Taking Dr. King's message to the street
I am the second oldest of 16 children so I learned early how to lead: I spent a lot of my childhood giving my younger siblings baths, cooking them meals and helping them get their homework done.
Because my parents were crack-cocaine addicts, I grew up as a ward of the state in Washington D.C., living in six foster homes and six group homes through child and family services. I ended up making some bad choices. I spent time selling drugs. I sustained a gunshot wound and ultimately spent six weeks time in prison in Washington D.C.
With the help of God and the D.C.-based non-profit Peaceholics, I was able to turn my life around. For me, though, learning my own lessons has not been enough. My goal is to lead other young men off the streets and out of trouble. It's not an easy battle, but it's one that I know about first hand.
When I was released from prison in 2001, I moved into an independent-living "halfway-house" program. It was there I met Jauhar Abraham, the Peaceaholics co-founder who was working as a counselor there. Jauhar, who was first incarcerated at age nine before he changed his own life, has a background in music, and because I love making music, we were able to build a friendship that has lasted 10 years.
Jauhar helped me get enrolled in the Village Learning High School, where I earned my diploma (I had dropped out of high school in 2000.) He also moved me with in with his own family so I had a safe place to live. Jauhar introduced me to the music business, and soon I was writing songs for go-go bands and a D.C. rap group called The Young Bucs. My experience being in jail had made me realize that I wanted more out of life.
Jauhar also introduced me to the late Rev. James Bevel, a civil rights activist who was there when Dr. Martin Luther King was assassinated. Rev. Bevel told us real-life stories about being friends with Dr. King, like one day when a group of them were going out to get burgers and shakes. A group of white men threatened to smash their car, and Bevel and others were ready to fight. But Dr. King held them back and said they shouldn't stoop to that level of violence.
That story affected me because it reminded me we have more choices than we realize. They could have got in a fight that day, but Dr. King stood for something more. He was teaching people to be disciplined in the face of adversity.
That is the kind of lesson I try to share with young men and women who are growing up in situations as bad -- or worse -- than my own. I volunteer as a mentor through Peaceaholics, and I want these kids to know they also have choices.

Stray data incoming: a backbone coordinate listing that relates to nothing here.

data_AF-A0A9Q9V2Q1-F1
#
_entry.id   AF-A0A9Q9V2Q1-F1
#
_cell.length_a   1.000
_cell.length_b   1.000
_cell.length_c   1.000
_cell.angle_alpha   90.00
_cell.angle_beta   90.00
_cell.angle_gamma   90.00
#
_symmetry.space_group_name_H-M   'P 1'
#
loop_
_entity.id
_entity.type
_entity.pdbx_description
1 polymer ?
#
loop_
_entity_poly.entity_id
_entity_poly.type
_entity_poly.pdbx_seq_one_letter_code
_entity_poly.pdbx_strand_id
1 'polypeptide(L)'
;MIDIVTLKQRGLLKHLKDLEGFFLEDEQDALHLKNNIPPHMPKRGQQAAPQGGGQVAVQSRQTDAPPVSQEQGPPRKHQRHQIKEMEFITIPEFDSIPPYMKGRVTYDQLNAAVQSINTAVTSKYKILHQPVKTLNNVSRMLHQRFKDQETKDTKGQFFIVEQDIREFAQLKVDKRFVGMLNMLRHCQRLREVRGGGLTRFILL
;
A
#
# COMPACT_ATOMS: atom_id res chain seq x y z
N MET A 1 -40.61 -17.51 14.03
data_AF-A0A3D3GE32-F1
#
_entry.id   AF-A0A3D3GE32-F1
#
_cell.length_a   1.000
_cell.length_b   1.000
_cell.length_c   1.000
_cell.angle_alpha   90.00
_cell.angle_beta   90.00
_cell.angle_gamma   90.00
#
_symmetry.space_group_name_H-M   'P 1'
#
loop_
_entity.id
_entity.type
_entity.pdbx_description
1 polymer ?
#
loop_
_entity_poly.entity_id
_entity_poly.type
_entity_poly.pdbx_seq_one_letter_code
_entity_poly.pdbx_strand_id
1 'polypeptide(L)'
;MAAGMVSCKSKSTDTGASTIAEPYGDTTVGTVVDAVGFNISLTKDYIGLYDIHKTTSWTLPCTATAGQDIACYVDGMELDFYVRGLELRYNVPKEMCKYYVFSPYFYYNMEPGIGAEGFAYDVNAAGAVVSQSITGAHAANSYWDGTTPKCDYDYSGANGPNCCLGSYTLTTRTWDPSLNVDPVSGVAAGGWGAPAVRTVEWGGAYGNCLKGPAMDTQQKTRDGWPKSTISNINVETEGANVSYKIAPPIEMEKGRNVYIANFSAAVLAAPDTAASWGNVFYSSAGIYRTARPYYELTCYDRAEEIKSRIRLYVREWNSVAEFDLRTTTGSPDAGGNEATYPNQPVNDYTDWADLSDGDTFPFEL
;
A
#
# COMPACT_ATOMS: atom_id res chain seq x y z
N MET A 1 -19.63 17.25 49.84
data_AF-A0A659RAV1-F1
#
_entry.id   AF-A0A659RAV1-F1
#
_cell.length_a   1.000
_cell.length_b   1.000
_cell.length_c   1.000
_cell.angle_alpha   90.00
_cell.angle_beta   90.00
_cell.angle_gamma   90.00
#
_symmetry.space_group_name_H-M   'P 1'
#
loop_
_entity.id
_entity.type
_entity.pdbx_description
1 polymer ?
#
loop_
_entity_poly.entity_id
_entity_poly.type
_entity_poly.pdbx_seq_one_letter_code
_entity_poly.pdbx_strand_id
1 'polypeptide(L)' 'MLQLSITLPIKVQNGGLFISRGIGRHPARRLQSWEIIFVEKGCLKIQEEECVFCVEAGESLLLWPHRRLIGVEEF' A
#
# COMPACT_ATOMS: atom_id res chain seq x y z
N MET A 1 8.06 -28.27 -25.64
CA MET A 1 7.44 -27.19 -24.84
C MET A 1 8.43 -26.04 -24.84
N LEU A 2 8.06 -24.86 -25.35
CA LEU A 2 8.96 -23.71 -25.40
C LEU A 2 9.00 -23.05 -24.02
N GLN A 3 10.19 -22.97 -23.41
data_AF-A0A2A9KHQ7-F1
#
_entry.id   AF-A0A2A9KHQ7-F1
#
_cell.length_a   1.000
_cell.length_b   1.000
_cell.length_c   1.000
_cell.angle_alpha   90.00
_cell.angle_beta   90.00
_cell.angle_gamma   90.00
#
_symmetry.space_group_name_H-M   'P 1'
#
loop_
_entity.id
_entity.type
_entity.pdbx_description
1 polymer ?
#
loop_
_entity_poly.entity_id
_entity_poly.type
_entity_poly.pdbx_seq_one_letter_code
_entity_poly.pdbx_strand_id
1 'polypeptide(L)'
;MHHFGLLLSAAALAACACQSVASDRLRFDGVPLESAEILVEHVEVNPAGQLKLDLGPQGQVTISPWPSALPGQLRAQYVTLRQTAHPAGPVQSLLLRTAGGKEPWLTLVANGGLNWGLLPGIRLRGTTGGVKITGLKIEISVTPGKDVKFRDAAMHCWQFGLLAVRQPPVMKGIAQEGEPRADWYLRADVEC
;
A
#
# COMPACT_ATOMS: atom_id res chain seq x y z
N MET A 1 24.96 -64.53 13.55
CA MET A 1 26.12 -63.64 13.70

My targets are the young men ages 16 to 24 who are either incarcerated or struggling in the community. My job is to be there for them, and I let my actions do the leading. Like a lot of these young men, I am a father -- one who has struggled to keep custody of my two daughters. For the young guys who are dads, I take them with me to my Financial Reviews and Custodial Cases with my ex-wife so they can have a visual on what it means to be responsible and have a relationship with their children.
I hang out with these guys where they stay -- on the street, in their apartments -- and I just soak up the atmosphere there. I try to never come at them in a preachy way. When I do give advice, I try to give it with respect and genuine love. It is never easy to get people to change their ways so I just try to stay consistent and persistent in how I reach out.
My biggest victory is that all the guys I have mentored have walked away from the streets and are now living straight. A couple have even reached higher, finishing high school, finding a job and paying their child support.
But it's not all successful. I have a young friend, Rodney White, who I met eight years ago. I worked with him and helped him release locally release a CD in 2002. When I got back in touch with his family recently, though, I found out he serving time in prison on serious charges. I plan to write him twice a month and put money on his books once a month. He does not know about this yet, and I have not spoke to him in six years but I know he needs all the support he can get from the outside so he can rehabilitate himself on the inside.
It is easy to write a check and even though it helps a great deal, giving your time and physically investing yourself gives young people a feeling that they belong and are cared for. Whether than means showing up at a sports event, coming to their school, bailing them out of jail, or taking them on outings to discover the city, being there is important. To me, that's what leadership is about: humility, heart and honesty.
January 14, 2010; 1:19 PM ET |
Personal Leadership Journey
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